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The Daily Wildcat

The Daily Wildcat

 

Concealed carry club seeks adviser

Alex+Kulpinski+%2F+Arizona+Daily+Wildcat%0A%0AGreg+Collins%2C+a+public+administrations+Junior%2C+is+attempting+to+create+a+club+on+campus+that+advocates+the+allowance+of+fire+arms+on+campus.++Collins+is+searching+for+an+advisor+to+start+the+club.+
Alex Kulpinski
Alex Kulpinski / Arizona Daily Wildcat Greg Collins, a public administrations Junior, is attempting to create a club on campus that advocates the allowance of fire arms on campus. Collins is searching for an advisor to start the club.

A club that supports the proposed law to allow guns on campus is struggling to find an adviser in its effort to become officially recognized by the UA.

Despite Gov. Jan Brewer’s decision to veto the gun bill, Sen. Ron Gould has revised it and introduced Senate Bill 1474 on Tuesday, which would stop universities from prohibiting concealed weapons on campus. Students for Concealed Carry on Campus at the UA, a pro-concealed carry club, is pushing to become a recognized club on campus in order to express its support for the law to allow firearms on campus, said Greg Collins, a public management and policy junior and the club’s president.

“I am not for shooting anyone or killing anyone. However, I still want to fight for the right to bear arms,” Collins said.

After contacting several representatives with the Navy and Air Force as well as professors and faculty members, Collins has been unable to find an adviser who is willing to put his or her name into the club. The individuals in the Reserve Officers’ Training Corps cannot take a stance on the issue, Collins said, and faculty members were opposed to taking a stance on the issue despite their personal opinions.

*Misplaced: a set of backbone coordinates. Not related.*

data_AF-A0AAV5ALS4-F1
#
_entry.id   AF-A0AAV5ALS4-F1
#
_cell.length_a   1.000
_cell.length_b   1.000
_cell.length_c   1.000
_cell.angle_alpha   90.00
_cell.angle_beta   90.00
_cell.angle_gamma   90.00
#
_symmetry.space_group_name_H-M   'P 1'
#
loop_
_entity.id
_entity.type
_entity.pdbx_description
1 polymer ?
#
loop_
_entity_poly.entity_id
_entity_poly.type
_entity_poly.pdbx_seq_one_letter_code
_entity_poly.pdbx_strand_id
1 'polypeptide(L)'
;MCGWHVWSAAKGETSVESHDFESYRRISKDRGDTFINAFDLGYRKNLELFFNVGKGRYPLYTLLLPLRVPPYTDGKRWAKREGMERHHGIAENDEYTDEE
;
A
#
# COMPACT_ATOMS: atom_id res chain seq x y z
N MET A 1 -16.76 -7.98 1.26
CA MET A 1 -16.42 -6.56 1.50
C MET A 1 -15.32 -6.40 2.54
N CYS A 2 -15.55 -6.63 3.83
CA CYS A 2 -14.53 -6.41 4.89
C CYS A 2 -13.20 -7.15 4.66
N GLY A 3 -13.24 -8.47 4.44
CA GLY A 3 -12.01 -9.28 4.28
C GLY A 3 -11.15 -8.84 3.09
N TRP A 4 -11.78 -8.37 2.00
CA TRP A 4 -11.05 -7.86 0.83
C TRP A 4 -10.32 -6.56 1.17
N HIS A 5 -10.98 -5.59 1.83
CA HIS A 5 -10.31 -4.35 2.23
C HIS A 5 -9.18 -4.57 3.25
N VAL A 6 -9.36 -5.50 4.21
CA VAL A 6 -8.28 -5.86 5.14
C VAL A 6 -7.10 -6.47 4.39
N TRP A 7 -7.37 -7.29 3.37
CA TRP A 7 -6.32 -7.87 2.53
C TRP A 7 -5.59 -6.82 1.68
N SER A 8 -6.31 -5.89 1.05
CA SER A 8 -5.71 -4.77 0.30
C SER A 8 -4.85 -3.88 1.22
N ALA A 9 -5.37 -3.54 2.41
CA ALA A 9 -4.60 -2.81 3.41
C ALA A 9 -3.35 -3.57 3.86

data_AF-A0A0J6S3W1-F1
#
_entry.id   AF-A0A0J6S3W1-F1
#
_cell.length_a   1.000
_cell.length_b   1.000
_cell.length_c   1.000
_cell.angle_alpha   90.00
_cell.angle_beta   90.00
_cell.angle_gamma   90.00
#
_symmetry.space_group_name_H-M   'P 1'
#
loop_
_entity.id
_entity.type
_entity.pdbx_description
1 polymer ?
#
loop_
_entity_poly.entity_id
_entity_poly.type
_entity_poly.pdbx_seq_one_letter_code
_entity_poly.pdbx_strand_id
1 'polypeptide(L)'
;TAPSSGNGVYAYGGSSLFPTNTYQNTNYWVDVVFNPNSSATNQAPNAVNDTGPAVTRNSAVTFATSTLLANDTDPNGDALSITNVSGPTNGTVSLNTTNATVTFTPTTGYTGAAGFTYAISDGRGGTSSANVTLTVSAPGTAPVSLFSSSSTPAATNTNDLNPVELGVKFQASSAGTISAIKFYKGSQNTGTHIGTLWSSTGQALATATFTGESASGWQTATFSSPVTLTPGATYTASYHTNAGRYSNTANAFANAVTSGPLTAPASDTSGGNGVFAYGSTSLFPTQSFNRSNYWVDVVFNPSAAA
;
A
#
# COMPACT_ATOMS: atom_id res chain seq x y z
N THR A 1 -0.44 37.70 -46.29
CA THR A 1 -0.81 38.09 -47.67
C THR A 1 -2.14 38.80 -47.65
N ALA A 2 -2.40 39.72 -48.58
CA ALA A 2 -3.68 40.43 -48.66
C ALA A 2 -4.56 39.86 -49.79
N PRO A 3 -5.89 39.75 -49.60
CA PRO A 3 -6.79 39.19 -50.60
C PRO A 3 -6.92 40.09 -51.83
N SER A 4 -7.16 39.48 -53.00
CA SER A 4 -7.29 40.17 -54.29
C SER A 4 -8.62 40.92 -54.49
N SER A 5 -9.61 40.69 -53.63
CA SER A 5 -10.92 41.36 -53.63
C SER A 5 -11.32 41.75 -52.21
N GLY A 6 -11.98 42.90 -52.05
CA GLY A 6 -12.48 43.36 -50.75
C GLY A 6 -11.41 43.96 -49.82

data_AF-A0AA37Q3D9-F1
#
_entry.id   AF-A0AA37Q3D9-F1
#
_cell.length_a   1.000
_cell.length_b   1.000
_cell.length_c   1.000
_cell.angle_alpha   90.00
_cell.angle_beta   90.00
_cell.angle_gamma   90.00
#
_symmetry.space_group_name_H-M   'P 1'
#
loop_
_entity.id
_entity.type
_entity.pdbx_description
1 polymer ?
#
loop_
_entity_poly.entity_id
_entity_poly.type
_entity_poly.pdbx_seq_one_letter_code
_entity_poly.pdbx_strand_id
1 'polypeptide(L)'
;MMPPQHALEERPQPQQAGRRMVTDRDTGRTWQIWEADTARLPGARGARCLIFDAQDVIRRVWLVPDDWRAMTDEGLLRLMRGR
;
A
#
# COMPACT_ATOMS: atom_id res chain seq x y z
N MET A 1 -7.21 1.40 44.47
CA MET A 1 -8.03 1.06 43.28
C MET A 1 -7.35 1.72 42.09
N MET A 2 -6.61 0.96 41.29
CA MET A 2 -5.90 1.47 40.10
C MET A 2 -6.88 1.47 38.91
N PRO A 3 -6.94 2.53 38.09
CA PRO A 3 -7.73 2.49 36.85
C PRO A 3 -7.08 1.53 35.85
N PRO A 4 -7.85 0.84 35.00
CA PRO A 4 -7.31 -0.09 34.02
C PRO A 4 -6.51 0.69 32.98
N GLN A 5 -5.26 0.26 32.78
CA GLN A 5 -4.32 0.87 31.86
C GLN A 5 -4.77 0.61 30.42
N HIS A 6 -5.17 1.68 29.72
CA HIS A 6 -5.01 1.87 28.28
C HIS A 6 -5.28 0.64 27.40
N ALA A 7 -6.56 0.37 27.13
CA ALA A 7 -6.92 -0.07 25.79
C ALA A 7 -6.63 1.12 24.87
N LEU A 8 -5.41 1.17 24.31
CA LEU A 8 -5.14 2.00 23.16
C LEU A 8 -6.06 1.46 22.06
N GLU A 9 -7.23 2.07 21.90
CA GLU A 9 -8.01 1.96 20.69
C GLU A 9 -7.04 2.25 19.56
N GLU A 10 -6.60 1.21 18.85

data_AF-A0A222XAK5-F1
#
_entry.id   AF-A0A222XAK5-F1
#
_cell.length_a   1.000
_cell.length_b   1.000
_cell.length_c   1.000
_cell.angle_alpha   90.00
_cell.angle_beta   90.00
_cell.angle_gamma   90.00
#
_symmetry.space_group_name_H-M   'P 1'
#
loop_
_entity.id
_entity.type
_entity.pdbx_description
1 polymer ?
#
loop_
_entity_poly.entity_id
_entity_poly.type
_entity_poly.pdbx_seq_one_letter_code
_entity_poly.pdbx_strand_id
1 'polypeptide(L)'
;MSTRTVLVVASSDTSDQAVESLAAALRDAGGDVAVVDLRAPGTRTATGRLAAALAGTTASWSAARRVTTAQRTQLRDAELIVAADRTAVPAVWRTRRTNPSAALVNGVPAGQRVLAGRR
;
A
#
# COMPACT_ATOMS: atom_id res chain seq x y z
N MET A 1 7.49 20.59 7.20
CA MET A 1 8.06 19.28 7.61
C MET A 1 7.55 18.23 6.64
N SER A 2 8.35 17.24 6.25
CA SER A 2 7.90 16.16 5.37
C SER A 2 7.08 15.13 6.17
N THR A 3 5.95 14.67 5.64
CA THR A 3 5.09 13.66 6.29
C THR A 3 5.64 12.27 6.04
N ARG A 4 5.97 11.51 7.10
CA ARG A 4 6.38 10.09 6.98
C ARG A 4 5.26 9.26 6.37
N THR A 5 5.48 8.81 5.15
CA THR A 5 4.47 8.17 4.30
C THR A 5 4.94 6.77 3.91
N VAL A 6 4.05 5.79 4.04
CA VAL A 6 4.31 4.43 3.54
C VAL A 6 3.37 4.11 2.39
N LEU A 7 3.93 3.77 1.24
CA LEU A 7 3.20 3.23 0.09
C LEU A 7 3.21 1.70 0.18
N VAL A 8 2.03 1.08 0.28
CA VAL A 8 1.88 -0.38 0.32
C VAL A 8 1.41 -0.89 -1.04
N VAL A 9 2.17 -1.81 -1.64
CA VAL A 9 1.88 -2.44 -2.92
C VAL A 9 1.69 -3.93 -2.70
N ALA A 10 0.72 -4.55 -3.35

Even though students can start a club without an adviser for a certain amount of time, if they want to become an officially recognized club, they need an adviser, said Bryan Ponton, a journalism senior and executive vice president of Associated Students of the University of Arizona.

“I specifically said what the club is about and I allowed them (potential advisers) to understand that I do recognize the controversy of the issue and that it is completely up to them if they want to get involved or not,” Collins said.

Students for Concealed Carry on Campus would be part of a national organization that oversees many concealed carry clubs, so an adviser’s involvement wouldn’t be as important as it would be for other clubs, Collins said. The adviser is only needed for the club to be recognized.

“I am very persistent in getting this club started,” Collins said. “I knew it was going to be hard but I didn’t know it was going to be this difficult.”

Several activities have been planned for when the club becomes official, including wearing empty holsters on campus, attending gun-training classes, trips to shooting ranges and distributing pepper spray to students, Collins added.

Despite the club’s persistence in its beliefs regarding guns on campus, members understand the controversy surrounding the issue.

“I can see how a lot of faculty members don’t agree with the purpose of the club, but I was hoping someone would want to be an adviser,” said Colin McWilliams, an optical science sophomore and member of the club. “I support the right to carry firearms and I believe that the rights should be extended out onto college campuses.”

Tyler Martin, a junior studying public management and policy, said he believes that people should be allowed to carry guns on campus, but is concerned about the ones who do. Martin, who is interested in becoming a member of the club, said the purpose of the club is not an “open pass” for everyone to carry a gun on campus, but for those who have been trained to carry guns and know how to use them.

“I wasn’t really surprised that we did not find an adviser for the club, knowing how controversial this issue is and some are just morally against it or they just don’t want to be part of it,” Martin said. “It makes sense to me and it is very understandable.”

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